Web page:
Transparency in Modern Democracies
Module Code: POU44101
Module Name: Topics: Transparency Policies in Modern Democracies, 2019-20
- ECTS Weighting: 5
- Semester/Term Taught: Semester 1
- Contact Hours: One 90-minute seminar per week
- Module Personnel: Lecturer - Professor Raj Chari
- Office hours: Chari's Office, 4.04 CG, TBC
On successful completion of this module students should be able to:
- Analyze, specify and appraise different transparency policies found in modern democracies worldwide, with a particular focus on the 35 countries of the OECD
- Evaluate the importance of different theoretical concepts of how one can conceptualize transparency policy and how this is different to other forms of policy (such as economic, competition, and social policy)
- Discriminate between which type of actor – that is, public or private - is regulated by the different types of transparency initiatives.
- Analyze, specify and appraise the role of the domestic and supranational levels when transparency policy is formulated and implemented.
- Summarize the range of research tools that one would use if one were to engage in further with the topic as a civil servant, lobbyist, or researcher on transparency in the future.
Module Learning Aims
The main aim of this course is to provide students with a critical understanding and comprehensive knowledge of the different transparency policies that political systems today have developed to increase accountability and open government. Emphasis will be paid on seven key policy areas: Freedom of Information, Open Data, Ethics Reform (Conflict of Interest), Whistleblowing, Campaign Finance, Lobbying Regulation, and aspects of Corporate Social Responsibility. At the end of this course it is expected that students will have learned a detailed understanding of what are the main goals of each of the policies, which (public or private) actors are regulated with them, which states have pursued such regulations, and how can one theoretically attempt to characterize different types of regulatory environments.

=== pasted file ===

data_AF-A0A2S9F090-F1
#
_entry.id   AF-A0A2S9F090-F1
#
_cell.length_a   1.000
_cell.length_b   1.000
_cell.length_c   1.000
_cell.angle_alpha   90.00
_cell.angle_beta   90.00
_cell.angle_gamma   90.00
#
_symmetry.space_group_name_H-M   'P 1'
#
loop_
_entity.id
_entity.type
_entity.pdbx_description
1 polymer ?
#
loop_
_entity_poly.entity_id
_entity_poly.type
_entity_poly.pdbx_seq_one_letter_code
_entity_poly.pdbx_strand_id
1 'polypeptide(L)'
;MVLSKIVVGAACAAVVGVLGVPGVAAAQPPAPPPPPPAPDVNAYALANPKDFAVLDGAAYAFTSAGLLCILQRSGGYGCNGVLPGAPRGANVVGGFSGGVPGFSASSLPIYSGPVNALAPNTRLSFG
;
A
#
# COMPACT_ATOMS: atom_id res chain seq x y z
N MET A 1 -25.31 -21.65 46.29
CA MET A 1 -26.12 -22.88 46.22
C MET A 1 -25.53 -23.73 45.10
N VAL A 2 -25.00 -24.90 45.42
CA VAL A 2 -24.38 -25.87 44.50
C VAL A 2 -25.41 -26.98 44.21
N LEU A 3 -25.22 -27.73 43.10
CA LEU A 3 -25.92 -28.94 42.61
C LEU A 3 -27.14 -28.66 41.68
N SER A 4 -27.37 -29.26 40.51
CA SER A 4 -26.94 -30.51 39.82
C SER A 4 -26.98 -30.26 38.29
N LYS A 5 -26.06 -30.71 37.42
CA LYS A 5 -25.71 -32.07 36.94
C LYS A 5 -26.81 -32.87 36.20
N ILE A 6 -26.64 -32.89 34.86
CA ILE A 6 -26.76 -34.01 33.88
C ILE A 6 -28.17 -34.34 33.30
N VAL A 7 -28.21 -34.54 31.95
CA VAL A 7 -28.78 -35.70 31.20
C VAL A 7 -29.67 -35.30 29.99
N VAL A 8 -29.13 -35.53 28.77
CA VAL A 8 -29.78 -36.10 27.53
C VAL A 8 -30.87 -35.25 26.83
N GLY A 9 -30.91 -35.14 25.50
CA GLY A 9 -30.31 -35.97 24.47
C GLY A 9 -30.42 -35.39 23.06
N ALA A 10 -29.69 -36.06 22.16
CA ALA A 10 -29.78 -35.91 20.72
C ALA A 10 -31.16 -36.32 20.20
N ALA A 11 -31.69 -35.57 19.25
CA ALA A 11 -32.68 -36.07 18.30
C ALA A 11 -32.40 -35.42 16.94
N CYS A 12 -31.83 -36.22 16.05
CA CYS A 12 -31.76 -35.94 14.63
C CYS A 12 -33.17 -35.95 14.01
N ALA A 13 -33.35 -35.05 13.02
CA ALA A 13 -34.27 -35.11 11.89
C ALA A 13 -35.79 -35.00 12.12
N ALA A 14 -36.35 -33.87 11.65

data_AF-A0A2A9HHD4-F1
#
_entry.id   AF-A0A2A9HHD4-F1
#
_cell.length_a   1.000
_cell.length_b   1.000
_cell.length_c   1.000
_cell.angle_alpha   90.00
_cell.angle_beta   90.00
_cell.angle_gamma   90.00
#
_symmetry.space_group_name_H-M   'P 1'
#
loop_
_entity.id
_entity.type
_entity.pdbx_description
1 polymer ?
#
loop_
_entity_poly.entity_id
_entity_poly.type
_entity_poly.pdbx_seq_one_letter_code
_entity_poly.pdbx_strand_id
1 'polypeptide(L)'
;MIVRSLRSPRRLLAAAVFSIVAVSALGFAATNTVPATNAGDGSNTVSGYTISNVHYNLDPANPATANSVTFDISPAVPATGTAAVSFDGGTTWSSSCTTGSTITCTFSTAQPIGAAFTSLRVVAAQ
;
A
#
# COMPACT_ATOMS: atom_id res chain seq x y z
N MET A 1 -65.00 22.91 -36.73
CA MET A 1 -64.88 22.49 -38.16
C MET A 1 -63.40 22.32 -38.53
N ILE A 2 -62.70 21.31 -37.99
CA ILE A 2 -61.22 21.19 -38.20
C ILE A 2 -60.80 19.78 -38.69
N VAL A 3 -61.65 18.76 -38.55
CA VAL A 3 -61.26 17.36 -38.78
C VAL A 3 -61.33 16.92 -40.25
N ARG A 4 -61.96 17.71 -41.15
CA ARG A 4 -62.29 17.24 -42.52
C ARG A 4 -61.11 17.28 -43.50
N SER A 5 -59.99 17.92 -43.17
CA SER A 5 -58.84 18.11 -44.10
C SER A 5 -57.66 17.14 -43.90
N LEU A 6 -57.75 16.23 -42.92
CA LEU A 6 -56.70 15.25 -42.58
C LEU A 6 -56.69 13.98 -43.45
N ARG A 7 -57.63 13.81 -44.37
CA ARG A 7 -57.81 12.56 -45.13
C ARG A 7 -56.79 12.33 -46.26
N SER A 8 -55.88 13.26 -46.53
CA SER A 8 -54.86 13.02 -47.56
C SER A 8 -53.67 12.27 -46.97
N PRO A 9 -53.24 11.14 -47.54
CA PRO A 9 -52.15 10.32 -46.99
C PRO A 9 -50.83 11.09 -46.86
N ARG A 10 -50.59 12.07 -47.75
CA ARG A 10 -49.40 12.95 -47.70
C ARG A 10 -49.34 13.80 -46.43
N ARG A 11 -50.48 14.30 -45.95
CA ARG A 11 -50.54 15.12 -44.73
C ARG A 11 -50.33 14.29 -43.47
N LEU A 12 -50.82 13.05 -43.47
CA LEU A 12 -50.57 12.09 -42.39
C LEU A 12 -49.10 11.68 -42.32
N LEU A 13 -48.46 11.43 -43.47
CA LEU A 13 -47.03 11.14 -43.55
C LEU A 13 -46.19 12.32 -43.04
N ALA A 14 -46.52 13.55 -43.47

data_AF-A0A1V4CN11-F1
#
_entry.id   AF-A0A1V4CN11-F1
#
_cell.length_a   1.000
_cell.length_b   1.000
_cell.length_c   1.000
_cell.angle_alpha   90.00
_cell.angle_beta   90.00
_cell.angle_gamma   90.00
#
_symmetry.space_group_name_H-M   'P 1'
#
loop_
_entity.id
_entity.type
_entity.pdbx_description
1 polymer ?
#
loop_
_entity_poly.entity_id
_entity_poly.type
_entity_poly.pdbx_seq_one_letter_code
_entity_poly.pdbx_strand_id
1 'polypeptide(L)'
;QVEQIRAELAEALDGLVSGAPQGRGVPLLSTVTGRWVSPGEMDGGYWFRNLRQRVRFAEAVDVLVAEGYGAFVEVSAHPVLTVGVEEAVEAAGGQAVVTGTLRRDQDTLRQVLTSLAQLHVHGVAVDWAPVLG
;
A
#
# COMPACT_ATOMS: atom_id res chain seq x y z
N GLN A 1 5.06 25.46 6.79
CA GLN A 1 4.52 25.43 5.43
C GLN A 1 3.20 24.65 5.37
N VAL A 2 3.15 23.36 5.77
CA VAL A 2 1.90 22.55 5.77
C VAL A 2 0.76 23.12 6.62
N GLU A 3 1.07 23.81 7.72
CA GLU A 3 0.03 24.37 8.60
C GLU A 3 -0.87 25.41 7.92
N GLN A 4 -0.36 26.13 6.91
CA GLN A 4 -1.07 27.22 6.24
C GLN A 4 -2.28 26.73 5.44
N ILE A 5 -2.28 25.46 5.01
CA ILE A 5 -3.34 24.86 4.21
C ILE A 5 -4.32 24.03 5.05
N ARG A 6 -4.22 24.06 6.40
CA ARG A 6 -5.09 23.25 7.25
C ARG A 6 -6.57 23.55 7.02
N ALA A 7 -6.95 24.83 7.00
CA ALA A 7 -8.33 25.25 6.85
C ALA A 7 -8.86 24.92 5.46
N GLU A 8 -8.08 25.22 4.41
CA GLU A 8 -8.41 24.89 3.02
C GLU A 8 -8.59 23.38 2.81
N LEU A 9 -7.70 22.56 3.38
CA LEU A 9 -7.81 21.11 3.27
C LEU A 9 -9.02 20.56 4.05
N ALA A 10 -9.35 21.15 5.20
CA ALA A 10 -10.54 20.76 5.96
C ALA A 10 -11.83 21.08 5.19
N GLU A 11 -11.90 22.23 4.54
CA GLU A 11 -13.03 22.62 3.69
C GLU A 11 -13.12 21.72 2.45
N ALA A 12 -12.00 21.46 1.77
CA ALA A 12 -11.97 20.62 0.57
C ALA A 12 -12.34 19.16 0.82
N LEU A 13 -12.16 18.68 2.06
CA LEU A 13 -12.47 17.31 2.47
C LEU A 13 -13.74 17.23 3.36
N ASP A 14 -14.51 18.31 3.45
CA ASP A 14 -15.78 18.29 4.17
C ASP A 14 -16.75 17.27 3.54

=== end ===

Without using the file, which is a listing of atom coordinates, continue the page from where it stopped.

In the wake of the recent financial and economic crisis, citizens worldwide have been demanding for accountability in politics and a key means to achieve this is the through the establishment of regulations fostering transparency, shedding light on how decisions are made in public institutions. This course thus has its main content the examination of key ‘sunshine’ policies. This ranges from those policies where the key object of regulation are public actors, such as Freedom of Information laws, to those regulating private actors seeking to influence public bodies, such as lobbying laws.
Recommended Reading List
TBC: Readings from mostly journals as well as key chapters in books will be assigned for each week. Examples of significant books in this regard are C. Hood, & D. Heald, 2006, Transparency: The key to better governance? Oxford University Press as well as R. Chari et al. 2019, Regulating Lobbying: A Global Comparison 2nd edition, Manchester University Press.
1 mid-term essay (40%)
1 end of year essay (60%)